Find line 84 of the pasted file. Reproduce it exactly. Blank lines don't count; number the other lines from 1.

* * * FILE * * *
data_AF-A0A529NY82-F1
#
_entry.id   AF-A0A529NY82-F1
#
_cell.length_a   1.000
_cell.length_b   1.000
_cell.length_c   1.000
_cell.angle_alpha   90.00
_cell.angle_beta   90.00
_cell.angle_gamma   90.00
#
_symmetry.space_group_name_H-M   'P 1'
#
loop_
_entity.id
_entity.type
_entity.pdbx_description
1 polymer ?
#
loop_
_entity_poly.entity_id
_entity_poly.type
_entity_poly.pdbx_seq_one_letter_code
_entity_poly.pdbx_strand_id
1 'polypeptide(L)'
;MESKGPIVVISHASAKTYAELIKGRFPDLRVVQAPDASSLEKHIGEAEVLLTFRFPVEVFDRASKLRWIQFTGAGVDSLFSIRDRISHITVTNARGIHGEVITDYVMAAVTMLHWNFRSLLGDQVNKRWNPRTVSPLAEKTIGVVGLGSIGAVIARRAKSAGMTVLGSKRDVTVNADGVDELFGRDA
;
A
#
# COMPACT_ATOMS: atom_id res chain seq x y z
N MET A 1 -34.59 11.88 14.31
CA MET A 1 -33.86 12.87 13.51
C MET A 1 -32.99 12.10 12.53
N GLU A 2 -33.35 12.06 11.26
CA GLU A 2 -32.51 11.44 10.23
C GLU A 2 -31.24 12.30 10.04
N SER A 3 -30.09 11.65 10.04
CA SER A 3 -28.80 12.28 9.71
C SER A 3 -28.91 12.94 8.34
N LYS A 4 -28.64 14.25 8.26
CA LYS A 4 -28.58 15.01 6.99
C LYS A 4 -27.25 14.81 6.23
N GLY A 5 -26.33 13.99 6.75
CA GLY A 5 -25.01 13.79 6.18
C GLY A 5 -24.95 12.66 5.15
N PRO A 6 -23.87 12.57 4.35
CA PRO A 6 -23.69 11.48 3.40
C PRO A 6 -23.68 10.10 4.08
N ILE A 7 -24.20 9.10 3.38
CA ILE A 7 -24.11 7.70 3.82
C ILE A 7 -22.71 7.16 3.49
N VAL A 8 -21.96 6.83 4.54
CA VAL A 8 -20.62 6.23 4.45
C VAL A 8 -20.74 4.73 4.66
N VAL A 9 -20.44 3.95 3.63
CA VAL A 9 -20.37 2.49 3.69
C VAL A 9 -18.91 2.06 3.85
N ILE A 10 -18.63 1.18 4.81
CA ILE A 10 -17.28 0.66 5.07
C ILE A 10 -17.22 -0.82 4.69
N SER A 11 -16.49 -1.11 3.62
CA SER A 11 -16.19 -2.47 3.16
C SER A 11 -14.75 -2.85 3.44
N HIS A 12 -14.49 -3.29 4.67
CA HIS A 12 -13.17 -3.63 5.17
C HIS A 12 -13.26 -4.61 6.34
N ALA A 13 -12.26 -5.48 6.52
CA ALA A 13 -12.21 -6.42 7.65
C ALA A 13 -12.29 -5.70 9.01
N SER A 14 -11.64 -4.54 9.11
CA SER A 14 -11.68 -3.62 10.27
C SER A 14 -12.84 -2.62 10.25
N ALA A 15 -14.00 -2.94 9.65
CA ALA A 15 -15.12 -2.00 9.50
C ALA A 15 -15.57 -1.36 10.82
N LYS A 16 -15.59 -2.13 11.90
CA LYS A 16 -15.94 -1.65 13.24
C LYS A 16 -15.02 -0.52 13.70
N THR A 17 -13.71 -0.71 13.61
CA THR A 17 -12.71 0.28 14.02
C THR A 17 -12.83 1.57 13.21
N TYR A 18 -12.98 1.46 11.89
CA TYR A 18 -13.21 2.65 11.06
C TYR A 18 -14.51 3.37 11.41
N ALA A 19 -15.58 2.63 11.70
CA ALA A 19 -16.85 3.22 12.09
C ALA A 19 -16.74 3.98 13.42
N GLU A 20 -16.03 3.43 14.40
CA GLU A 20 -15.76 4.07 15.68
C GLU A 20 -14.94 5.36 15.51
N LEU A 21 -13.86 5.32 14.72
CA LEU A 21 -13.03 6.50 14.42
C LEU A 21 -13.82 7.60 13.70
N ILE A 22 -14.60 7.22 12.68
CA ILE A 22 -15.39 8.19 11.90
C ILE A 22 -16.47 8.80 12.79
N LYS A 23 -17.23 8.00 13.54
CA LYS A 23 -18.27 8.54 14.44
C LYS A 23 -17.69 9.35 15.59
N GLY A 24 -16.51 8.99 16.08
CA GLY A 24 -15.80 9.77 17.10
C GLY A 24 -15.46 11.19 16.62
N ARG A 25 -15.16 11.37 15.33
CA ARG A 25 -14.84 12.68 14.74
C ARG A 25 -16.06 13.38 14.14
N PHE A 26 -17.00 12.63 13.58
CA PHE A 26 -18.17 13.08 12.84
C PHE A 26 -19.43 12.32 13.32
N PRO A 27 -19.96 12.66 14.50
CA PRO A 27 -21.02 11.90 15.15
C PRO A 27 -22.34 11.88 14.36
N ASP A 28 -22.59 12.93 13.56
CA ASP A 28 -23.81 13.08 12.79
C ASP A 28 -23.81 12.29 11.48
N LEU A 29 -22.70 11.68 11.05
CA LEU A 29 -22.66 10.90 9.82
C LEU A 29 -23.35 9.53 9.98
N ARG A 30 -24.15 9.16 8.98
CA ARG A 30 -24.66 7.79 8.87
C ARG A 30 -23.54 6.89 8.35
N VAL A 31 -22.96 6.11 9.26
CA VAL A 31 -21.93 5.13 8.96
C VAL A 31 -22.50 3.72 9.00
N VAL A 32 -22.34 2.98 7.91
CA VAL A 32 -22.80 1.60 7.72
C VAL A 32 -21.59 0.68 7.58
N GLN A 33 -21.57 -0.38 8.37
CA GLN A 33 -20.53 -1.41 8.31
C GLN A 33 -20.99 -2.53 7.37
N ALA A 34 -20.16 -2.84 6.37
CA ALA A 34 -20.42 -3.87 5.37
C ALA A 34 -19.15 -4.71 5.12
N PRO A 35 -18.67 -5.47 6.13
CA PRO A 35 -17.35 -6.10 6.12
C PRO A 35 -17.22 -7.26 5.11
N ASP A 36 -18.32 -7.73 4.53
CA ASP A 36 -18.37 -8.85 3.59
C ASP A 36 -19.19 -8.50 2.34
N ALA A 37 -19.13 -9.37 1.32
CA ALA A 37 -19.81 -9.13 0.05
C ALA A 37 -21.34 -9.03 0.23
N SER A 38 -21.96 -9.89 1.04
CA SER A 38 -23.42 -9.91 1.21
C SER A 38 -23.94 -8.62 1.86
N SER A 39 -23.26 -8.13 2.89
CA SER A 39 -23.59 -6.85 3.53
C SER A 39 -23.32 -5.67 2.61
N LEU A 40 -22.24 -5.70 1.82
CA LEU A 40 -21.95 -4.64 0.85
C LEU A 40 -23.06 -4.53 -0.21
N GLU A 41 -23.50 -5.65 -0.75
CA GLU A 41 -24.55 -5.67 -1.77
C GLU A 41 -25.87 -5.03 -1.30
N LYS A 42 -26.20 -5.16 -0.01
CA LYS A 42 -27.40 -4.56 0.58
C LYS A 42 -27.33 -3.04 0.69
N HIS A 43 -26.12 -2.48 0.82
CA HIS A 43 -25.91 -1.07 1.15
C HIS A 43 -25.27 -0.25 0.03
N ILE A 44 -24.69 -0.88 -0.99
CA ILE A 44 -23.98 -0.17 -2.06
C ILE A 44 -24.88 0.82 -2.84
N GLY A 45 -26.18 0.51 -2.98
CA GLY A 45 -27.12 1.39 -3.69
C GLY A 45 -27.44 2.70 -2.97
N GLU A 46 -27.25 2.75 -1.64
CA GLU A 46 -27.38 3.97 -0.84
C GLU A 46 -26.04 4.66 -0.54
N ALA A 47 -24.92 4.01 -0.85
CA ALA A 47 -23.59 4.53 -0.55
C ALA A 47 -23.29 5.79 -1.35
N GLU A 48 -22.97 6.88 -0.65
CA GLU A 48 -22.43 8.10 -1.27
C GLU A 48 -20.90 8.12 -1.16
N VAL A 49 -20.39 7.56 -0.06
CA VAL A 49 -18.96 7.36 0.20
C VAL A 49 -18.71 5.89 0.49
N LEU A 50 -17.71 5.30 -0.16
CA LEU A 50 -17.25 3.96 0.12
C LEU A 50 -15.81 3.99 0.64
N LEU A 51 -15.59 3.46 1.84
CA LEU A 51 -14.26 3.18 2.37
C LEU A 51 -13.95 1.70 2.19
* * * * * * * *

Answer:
C TYR A 18 -14.51 3.37 11.41